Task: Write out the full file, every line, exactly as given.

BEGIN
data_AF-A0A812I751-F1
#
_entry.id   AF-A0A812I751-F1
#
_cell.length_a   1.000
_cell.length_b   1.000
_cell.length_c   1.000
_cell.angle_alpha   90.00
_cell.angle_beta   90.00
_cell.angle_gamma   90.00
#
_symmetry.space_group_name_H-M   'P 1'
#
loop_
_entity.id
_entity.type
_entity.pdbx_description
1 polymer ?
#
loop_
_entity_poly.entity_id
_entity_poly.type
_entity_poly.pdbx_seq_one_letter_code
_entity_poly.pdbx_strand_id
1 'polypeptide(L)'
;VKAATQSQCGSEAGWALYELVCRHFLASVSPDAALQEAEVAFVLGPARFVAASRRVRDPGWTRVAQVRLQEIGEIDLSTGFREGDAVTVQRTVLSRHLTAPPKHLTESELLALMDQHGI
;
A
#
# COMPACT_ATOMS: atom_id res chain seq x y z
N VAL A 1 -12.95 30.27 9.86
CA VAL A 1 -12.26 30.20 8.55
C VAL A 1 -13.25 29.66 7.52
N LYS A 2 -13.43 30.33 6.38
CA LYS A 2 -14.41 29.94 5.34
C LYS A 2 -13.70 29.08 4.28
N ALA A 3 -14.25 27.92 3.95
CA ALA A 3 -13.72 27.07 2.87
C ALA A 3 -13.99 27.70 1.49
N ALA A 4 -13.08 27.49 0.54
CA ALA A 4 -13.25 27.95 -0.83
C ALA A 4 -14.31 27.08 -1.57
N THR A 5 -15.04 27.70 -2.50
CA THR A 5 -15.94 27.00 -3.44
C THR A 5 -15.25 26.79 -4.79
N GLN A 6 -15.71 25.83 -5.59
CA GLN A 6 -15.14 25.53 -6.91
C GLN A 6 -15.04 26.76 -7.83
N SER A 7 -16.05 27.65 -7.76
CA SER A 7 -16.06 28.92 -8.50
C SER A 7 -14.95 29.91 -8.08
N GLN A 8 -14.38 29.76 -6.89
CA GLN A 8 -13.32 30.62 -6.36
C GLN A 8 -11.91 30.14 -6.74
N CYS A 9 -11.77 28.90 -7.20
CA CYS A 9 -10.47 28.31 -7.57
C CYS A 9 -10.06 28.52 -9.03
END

data_AF-A0A812I751-F1
#
_entry.id   AF-A0A812I751-F1
#
_cell.length_a   1.000
_cell.length_b   1.000
_cell.length_c   1.000
_cell.angle_alpha   90.00
_cell.angle_beta   90.00
_cell.angle_gamma   90.00
#
_symmetry.space_group_name_H-M   'P 1'
#
loop_
_entity.id
_entity.type
_entity.pdbx_description
1 polymer ?
#
loop_
_entity_poly.entity_id
_entity_poly.type
_entity_poly.pdbx_seq_one_letter_code
_entity_poly.pdbx_strand_id
1 'polypeptide(L)'
;VKAATQSQCGSEAGWALYELVCRHFLASVSPDAALQEAEVAFVLGPARFVAASRRVRDPGWTRVAQVRLQEIGEIDLSTGFREGDAVTVQRTVLSRHLTAPPKHLTESELLALMDQHGI
;
A
#
# COMPACT_ATOMS: atom_id res chain seq x y z
N VAL A 1 -12.95 30.27 9.86
CA VAL A 1 -12.26 30.20 8.55
C VAL A 1 -13.25 29.66 7.52
N LYS A 2 -13.43 30.33 6.38
CA LYS A 2 -14.41 29.94 5.34
C LYS A 2 -13.70 29.08 4.28
N ALA A 3 -14.25 27.92 3.95
CA ALA A 3 -13.72 27.07 2.87
C ALA A 3 -13.99 27.70 1.49
N ALA A 4 -13.08 27.49 0.54
CA ALA A 4 -13.25 27.95 -0.83
C ALA A 4 -14.31 27.08 -1.57
N THR A 5 -15.04 27.70 -2.50
CA THR A 5 -15.94 27.00 -3.44
C THR A 5 -15.25 26.79 -4.79
N GLN A 6 -15.71 25.83 -5.59
CA GLN A 6 -15.14 25.53 -6.91
C GLN A 6 -15.04 26.76 -7.83
N SER A 7 -16.05 27.65 -7.76
CA SER A 7 -16.06 28.92 -8.50
C SER A 7 -14.95 29.91 -8.08
N GLN A 8 -14.38 29.76 -6.89
CA GLN A 8 -13.32 30.62 -6.36
C GLN A 8 -11.91 30.14 -6.74
N CYS A 9 -11.77 28.90 -7.20
CA CYS A 9 -10.47 28.31 -7.57
C CYS A 9 -10.06 28.52 -9.03